In 1982–1983, Carolyn Lamm and a small team represented on a pro bono basis the designer of the Vietnam Veterans Memorial, Maya Lin, in a dispute over the precise design of the monument. Lin felt that the nearby statue of soldiers and a flag should not impinge visually on the monument, a position that was opposed by some Vietnam veterans groups, who wanted a flag at the apex of the memorial and realistic images of soldiers down in the memorial looking up at it. Feelings ran high, but the National Capital Planning Commission, which has jurisdiction over all monuments built on the Washington Mall, sided with the designer. By way of thanks, Lin gave the Firm her sketch of the memorial.
Marden also believed lawyers should work to improve the legal profession and is one of the few lawyers who have served as president of the Association of the Bar of the City of New York, the New York State Bar Association and the American Bar Association. Carolyn Lamm shares this view and became president of the American Bar Association in the 2009–2010 year after serving for many years on a number of its committees. Hal Fales was another White & Case partner with Bar connections, serving as president of the New York State Bar Association in 1983. Fales was president of the Pierpont Morgan Library in Manhattan and chairman of St. Barnabas Hospital, the Bronx. He worked with the National Center for State Courts and the Fund for Modern Courts, seeking to streamline the court process. He worked on behalf of women prisoners for the Women’s Prison Association. He also worked for the Legal Aid Society, which he described as his “old love.” Three former White & Case partners have achieved the distinction of becoming federal judges: Paul Friedman, who became a federal district court judge in 1994, sitting in the District of Columbia; Allan Gropper, who was appointed as a U.S. bankruptcy judge for the Southern District of New York in 2000; and Rick Holwell, who became a federal district court judge in 2003, sitting in the Southern District of New York.

illustration of the vietnam veterans memorial in washington, D.C., by maya lin
Inscription on the front of the drawing reads: “To Carolyn, John, Bob, Parvin and White & Case for their help and support in keeping the memorial as it should be.” Maya Ying Lin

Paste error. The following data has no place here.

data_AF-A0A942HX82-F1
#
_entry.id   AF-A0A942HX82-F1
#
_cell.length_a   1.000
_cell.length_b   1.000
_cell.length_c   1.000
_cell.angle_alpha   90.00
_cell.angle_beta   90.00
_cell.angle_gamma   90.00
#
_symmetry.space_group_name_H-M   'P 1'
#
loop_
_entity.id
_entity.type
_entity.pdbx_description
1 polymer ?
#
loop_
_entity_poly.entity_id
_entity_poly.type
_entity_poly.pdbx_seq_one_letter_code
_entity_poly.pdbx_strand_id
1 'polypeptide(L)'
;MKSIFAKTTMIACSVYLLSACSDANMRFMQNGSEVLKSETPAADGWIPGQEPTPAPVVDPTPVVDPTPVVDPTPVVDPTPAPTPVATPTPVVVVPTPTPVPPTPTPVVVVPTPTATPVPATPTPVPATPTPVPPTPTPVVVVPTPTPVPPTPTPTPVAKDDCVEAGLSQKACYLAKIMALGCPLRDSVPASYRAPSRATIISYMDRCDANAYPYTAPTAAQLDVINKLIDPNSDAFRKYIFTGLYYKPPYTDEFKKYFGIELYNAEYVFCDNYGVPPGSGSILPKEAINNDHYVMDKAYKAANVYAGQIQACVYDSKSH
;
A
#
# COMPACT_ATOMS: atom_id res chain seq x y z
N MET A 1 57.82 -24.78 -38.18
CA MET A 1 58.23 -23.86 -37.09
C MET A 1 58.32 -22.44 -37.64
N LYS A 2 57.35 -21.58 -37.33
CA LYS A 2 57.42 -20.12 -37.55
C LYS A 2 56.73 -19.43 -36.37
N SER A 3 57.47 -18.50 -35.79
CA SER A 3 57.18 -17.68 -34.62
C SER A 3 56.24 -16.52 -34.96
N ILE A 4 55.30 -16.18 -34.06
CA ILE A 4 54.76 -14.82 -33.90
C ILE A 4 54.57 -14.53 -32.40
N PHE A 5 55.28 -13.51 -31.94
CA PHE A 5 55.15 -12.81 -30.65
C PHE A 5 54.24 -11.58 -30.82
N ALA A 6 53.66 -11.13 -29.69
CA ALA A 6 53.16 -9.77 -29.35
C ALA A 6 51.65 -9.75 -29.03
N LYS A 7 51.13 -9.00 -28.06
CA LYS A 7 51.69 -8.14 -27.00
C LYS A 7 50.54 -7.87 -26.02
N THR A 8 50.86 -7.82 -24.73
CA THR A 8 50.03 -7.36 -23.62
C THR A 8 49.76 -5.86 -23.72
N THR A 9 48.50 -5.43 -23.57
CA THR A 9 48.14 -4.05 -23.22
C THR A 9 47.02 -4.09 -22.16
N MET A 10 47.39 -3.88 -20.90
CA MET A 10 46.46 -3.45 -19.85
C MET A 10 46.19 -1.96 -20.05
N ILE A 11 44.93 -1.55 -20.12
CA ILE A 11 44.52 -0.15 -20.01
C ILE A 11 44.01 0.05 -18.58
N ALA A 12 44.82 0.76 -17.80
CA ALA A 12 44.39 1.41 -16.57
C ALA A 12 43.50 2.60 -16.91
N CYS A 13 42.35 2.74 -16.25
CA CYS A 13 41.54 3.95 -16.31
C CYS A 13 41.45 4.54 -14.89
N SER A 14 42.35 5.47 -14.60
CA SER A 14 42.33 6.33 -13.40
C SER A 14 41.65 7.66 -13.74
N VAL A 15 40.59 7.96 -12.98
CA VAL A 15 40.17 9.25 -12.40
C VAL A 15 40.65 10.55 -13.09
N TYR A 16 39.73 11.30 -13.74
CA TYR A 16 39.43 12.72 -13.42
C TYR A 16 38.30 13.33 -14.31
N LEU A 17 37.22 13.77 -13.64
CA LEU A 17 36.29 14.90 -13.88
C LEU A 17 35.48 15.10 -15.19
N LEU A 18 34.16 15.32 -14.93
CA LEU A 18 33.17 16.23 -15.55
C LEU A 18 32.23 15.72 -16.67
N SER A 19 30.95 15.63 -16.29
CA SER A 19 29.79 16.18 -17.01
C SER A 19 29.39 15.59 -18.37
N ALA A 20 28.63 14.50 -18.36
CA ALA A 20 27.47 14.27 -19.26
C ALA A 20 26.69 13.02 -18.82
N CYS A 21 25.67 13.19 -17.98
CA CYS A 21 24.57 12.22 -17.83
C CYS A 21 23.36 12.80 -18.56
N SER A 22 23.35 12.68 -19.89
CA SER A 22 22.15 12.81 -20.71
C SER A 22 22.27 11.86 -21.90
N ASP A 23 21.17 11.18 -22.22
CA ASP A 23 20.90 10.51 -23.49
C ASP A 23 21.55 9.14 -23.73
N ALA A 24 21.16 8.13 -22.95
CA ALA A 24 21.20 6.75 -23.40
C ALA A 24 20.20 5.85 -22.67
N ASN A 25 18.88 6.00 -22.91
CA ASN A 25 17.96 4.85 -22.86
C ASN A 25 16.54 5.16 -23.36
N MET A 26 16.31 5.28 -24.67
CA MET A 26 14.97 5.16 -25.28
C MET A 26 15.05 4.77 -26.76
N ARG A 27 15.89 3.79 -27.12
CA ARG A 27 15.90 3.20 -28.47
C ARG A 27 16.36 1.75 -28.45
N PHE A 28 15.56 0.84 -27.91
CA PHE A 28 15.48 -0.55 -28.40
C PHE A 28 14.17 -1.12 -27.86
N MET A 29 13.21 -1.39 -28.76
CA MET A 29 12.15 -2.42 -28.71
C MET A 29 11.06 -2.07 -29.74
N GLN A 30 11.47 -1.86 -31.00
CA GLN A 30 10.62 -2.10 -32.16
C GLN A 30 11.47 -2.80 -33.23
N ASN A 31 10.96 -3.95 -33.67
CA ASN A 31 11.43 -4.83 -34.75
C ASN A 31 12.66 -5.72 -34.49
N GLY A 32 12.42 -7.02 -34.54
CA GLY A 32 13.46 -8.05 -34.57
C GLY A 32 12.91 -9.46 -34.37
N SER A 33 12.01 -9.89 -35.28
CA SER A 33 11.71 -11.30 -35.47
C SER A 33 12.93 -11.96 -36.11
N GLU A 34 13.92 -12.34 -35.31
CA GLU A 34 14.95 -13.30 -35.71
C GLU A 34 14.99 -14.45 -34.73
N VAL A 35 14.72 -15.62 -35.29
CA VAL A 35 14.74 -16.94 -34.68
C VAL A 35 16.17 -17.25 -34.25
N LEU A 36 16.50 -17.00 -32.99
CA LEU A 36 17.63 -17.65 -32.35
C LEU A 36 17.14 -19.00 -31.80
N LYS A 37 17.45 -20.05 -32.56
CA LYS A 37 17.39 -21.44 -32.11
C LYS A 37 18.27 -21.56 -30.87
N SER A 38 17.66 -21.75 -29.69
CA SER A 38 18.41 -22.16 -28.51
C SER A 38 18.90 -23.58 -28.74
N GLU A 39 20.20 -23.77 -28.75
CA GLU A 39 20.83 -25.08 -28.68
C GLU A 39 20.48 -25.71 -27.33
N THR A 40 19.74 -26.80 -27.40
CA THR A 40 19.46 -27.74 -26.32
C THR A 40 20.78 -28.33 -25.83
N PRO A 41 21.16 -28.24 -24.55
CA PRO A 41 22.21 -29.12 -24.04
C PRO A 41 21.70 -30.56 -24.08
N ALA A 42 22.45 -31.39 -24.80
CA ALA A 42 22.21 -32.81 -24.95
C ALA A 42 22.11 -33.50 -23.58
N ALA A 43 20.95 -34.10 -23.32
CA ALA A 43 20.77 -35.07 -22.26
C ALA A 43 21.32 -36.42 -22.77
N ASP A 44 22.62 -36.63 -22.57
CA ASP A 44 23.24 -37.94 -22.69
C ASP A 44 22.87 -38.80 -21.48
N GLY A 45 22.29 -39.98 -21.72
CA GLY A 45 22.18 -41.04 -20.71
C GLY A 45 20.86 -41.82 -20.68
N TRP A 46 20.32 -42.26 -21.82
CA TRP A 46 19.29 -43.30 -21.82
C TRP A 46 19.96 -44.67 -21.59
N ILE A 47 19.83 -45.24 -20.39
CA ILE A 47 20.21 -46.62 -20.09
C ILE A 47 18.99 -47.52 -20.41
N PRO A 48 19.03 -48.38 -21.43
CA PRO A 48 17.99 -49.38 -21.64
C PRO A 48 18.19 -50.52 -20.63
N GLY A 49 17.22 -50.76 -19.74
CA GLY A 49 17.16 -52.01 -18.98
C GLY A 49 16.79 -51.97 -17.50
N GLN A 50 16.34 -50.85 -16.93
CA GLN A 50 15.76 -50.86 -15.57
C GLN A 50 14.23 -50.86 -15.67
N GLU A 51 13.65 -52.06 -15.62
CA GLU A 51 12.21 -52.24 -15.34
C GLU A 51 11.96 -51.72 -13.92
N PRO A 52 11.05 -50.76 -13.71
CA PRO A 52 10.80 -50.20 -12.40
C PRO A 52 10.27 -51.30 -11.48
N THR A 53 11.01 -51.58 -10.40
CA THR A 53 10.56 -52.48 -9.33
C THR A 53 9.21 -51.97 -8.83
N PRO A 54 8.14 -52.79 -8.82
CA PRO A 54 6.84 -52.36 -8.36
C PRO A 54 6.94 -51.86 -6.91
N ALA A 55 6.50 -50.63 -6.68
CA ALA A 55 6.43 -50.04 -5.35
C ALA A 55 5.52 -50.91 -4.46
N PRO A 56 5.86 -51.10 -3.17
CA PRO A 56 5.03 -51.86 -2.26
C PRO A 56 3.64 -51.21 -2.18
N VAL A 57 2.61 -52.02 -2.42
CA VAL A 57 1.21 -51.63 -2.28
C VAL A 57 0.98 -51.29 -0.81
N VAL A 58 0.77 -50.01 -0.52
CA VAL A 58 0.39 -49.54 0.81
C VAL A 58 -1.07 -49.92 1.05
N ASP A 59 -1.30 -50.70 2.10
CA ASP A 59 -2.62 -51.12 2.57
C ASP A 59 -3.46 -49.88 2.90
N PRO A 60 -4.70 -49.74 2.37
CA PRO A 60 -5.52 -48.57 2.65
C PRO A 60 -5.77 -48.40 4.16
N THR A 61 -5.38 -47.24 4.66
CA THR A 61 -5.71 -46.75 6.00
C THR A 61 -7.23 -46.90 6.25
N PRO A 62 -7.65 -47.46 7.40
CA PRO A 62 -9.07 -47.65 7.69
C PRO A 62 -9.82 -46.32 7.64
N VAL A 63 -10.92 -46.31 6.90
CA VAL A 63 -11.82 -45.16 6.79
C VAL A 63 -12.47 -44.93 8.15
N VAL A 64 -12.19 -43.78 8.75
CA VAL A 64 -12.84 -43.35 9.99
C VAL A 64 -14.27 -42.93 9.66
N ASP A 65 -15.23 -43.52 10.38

Responding as a firm
While the Firm was proud of its pro bono and community activities at the individual and team levels, in 2009, at the instigation of Hugh Verrier, who had become Chair of the Firm two years earlier, the Firm moved its pro bono and community activities into a new phase. Verrier recruited the Firm’s first head of social responsibility, Jo Weiss, to provide senior staff leadership for a global initiative covering among other things pro bono work, legal education and the encouragement of volunteer activity by lawyers and staff. The magic circle firms in London had made moves in this direction, but White & Case was the first U.S. firm to make such a serious and public commitment to the full range of corporate social responsibility issues. Within two years, several other U.S. firms had taken note and followed suit in a trend that continues to escalate. In an equally innovative move, in 2010, Hugh Verrier made pro bono one of the Firm’s 13 global practices and appointed Ian Forrester as global practice leader. That meant operating the Firm’s pro bono activity in the same way as other practice areas, underpinned by formal structures, regular meetings, firmwide communication and rigorous monitoring of progress. Forrester observes that the goal was to bring together the many disparate and excellent pro bono initiatives under one coordinated program: “Almost all the offices were doing pro bono activities of some description or another, but no one knew what everyone else was doing. New matters that were worthy but random came from local initiatives. We also thought we were not using our skills and network to the fullest extent because we were not harnessing the potential of our cross-border, multicultural capability.” Forrester recruited partners and lawyers around the world to help champion and guide the practice. They set a strategy focused on three types of pro bono work: activities to provide justice and promote human rights; serving non-governmental organizations (NGOs) and nonprofit bodies that address social or environmental issues; and cross-border research projects, legal education and advisory work to help emerging democracies build legal institutions and embed the rule of law. Criteria were agreed upon to determine the matters that would be taken on and the organizations that would be supported. The Firm’s pro bono program is as comprehensive, extensive and far-reaching as that of any global law firm. Each year, White & Case lawyers contribute in total almost 90,000 hours of legal time to pro bono activities. “Pro bono is woven into the fabric of the Firm,” notes Forrester. “The commitment to society was laid down by our founders, and we are proud to continue that tradition of contributing to the greater good.” When Forrester left the Firm in October 2015 to become the UK’s judge at the General Court of the European Union, Jacqui MacLennan succeeded him as the leader of the Firm’s global pro bono practice. Reflecting Forrester’s sentiments, MacLennan notes: “Pro bono is valued just as much today as when the Firm was founded, and I’m pleased that in 2016 all of our offices participated in pro bono activities for the fourth year in a row. This demonstrates our success in making our pro bono practice global, even in countries where engaging in pro bono activity is not a part of the law firm culture.”
“Pro bono is valued just as much today as when the Firm was founded.”
Jacqui MacLennan
White & Case and 9/11